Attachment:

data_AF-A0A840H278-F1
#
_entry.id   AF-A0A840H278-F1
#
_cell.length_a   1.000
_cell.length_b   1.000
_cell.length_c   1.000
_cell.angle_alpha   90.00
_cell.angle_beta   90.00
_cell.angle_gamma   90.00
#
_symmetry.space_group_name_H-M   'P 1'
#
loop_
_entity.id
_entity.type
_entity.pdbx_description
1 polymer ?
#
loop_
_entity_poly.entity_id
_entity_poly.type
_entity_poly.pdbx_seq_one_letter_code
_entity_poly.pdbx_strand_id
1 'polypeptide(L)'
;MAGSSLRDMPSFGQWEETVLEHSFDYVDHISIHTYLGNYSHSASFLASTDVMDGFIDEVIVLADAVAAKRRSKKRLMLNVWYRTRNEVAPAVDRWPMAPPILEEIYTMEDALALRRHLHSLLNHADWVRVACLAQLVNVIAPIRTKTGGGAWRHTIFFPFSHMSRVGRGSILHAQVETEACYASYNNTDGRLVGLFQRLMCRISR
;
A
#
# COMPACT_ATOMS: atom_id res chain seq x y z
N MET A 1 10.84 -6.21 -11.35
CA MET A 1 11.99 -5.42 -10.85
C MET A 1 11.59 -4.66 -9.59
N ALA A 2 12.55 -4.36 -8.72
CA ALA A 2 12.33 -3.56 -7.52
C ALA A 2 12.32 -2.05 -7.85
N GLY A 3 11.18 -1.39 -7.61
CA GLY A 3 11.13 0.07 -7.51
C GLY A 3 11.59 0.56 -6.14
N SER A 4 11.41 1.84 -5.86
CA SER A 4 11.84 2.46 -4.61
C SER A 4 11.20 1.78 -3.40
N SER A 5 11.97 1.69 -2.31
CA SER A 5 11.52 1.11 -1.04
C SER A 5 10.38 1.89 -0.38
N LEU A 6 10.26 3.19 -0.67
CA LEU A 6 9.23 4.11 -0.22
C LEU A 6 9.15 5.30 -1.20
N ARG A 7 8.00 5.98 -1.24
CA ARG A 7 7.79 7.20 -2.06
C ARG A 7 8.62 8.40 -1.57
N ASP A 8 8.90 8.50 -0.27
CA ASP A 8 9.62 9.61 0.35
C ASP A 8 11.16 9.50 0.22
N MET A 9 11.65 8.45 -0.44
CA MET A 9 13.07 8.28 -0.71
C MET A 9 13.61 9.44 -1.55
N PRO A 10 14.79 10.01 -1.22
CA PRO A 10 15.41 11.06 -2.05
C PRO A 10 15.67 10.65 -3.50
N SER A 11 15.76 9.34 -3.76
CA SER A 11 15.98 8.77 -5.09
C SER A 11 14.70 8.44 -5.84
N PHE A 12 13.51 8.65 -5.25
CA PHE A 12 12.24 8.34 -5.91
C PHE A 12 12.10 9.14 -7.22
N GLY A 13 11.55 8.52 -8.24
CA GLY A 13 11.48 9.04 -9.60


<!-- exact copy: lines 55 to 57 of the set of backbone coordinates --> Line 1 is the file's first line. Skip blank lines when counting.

N MET A 9 11.65 8.45 -0.44
CA MET A 9 13.07 8.28 -0.71
C MET A 9 13.61 9.44 -1.55